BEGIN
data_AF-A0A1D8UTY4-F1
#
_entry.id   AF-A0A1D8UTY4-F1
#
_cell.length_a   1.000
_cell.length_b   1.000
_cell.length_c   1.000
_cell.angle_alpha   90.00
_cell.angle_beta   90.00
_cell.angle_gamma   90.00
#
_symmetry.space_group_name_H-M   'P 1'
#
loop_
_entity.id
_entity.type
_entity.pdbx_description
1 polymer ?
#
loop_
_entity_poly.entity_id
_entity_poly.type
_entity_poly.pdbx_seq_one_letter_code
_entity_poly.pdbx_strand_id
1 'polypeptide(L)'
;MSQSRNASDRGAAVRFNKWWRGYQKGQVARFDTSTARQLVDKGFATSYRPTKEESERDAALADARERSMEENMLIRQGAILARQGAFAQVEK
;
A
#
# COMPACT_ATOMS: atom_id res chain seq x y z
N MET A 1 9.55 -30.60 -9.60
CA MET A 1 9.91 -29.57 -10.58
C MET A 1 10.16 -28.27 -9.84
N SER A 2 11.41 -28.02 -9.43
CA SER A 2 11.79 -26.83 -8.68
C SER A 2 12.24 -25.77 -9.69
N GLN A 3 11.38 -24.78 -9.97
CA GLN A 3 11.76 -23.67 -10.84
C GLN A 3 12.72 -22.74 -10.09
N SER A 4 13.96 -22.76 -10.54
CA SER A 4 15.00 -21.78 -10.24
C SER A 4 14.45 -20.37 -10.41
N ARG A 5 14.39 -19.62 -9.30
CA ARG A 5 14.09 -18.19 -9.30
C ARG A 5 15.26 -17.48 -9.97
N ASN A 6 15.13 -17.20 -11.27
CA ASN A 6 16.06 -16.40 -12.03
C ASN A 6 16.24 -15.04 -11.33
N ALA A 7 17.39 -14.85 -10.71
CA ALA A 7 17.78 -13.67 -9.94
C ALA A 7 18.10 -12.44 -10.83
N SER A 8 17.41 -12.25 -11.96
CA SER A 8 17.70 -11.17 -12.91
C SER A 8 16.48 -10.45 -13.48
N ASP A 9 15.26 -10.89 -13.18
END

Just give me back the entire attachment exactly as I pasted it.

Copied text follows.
data_AF-A0A1D8UTY4-F1
#
_entry.id   AF-A0A1D8UTY4-F1
#
_cell.length_a   1.000
_cell.length_b   1.000
_cell.length_c   1.000
_cell.angle_alpha   90.00
_cell.angle_beta   90.00
_cell.angle_gamma   90.00
#
_symmetry.space_group_name_H-M   'P 1'
#
loop_
_entity.id
_entity.type
_entity.pdbx_description
1 polymer ?
#
loop_
_entity_poly.entity_id
_entity_poly.type
_entity_poly.pdbx_seq_one_letter_code
_entity_poly.pdbx_strand_id
1 'polypeptide(L)'
;MSQSRNASDRGAAVRFNKWWRGYQKGQVARFDTSTARQLVDKGFATSYRPTKEESERDAALADARERSMEENMLIRQGAILARQGAFAQVEK
;
A
#
# COMPACT_ATOMS: atom_id res chain seq x y z
N MET A 1 9.55 -30.60 -9.60
CA MET A 1 9.91 -29.57 -10.58
C MET A 1 10.16 -28.27 -9.84
N SER A 2 11.41 -28.02 -9.43
CA SER A 2 11.79 -26.83 -8.68
C SER A 2 12.24 -25.77 -9.69
N GLN A 3 11.38 -24.78 -9.97
CA GLN A 3 11.76 -23.67 -10.84
C GLN A 3 12.72 -22.74 -10.09
N SER A 4 13.96 -22.76 -10.54
CA SER A 4 15.00 -21.78 -10.24
C SER A 4 14.45 -20.37 -10.41
N ARG A 5 14.39 -19.62 -9.30
CA ARG A 5 14.09 -18.19 -9.30
C ARG A 5 15.26 -17.48 -9.97
N ASN A 6 15.13 -17.20 -11.27
CA ASN A 6 16.06 -16.40 -12.03
C ASN A 6 16.24 -15.04 -11.33
N ALA A 7 17.39 -14.85 -10.71
CA ALA A 7 17.78 -13.67 -9.94
C ALA A 7 18.10 -12.44 -10.83
N SER A 8 17.41 -12.25 -11.96
CA SER A 8 17.70 -11.17 -12.91
C SER A 8 16.48 -10.45 -13.48
N ASP A 9 15.26 -10.89 -13.18